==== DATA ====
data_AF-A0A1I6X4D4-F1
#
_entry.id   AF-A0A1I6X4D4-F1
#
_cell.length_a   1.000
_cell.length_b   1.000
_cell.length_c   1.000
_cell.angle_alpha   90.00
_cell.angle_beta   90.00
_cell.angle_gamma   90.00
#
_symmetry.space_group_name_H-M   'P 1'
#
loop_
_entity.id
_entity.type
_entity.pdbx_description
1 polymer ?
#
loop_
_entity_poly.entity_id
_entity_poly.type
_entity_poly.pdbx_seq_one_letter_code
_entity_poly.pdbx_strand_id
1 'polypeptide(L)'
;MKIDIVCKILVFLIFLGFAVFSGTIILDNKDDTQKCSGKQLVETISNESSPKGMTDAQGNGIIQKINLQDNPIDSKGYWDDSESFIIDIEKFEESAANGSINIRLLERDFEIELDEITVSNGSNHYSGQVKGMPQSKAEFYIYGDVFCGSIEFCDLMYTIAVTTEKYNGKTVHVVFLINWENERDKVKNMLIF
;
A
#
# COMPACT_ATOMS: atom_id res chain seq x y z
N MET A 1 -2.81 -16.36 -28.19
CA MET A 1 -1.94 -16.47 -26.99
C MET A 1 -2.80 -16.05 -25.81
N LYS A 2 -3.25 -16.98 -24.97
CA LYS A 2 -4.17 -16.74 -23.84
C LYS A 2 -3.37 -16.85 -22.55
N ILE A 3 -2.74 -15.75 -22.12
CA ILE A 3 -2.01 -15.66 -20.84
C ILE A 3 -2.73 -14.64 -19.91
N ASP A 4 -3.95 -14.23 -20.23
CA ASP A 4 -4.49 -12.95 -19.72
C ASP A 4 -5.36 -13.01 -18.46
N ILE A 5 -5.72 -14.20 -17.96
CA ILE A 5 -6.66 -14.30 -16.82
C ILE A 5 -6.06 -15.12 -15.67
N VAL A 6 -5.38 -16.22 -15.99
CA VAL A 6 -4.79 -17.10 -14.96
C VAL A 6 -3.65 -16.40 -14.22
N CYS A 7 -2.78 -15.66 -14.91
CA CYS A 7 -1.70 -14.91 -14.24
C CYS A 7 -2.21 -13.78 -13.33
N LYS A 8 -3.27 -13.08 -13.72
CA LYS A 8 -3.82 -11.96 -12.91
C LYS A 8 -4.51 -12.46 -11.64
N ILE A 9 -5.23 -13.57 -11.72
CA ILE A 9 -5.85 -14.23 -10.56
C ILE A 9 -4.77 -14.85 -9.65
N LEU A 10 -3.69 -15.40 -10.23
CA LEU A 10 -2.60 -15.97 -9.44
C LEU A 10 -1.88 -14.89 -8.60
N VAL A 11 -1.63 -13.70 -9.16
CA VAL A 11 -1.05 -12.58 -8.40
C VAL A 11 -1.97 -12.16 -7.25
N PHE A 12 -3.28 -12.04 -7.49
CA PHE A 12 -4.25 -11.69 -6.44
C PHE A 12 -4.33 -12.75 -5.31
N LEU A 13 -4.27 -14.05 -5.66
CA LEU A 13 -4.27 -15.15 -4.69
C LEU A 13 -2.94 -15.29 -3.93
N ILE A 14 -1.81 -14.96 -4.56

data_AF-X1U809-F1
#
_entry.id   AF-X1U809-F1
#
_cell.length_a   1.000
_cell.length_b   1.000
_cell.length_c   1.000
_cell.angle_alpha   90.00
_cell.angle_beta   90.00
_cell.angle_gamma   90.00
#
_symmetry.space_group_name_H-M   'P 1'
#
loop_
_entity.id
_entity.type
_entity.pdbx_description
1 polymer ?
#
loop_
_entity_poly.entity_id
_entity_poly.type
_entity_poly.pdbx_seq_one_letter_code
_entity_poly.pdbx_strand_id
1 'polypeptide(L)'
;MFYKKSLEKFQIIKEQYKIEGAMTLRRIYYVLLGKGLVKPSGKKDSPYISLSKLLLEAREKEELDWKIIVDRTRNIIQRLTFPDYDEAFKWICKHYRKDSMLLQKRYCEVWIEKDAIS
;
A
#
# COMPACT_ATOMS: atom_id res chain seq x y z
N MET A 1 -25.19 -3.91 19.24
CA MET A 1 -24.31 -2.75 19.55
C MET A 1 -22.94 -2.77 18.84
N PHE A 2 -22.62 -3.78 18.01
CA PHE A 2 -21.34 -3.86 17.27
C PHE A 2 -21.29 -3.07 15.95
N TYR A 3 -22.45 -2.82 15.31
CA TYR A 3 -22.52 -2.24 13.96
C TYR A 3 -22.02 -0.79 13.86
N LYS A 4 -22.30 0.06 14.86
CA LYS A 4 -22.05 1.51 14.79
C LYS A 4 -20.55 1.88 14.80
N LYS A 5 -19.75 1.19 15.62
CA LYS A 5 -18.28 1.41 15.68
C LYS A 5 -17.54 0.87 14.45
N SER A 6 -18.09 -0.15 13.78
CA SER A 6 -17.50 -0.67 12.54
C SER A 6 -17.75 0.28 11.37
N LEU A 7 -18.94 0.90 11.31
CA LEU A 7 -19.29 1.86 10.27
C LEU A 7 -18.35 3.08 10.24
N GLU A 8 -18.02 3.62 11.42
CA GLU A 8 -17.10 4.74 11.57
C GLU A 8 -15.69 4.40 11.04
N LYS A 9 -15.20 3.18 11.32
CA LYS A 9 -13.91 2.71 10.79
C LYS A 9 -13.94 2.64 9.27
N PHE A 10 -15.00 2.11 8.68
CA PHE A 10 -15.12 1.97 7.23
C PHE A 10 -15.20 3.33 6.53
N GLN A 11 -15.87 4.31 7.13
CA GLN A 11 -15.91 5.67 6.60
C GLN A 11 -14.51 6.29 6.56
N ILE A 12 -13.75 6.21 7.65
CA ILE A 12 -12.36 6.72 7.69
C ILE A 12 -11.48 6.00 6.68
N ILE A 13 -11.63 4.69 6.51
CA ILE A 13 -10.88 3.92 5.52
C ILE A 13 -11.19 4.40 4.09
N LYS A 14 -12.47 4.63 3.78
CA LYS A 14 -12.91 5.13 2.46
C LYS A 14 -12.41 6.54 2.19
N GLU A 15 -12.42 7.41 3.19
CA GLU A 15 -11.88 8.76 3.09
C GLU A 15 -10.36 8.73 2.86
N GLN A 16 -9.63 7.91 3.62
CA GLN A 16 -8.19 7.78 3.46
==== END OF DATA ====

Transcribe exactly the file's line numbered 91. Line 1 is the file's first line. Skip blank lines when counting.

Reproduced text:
_entity_poly.entity_id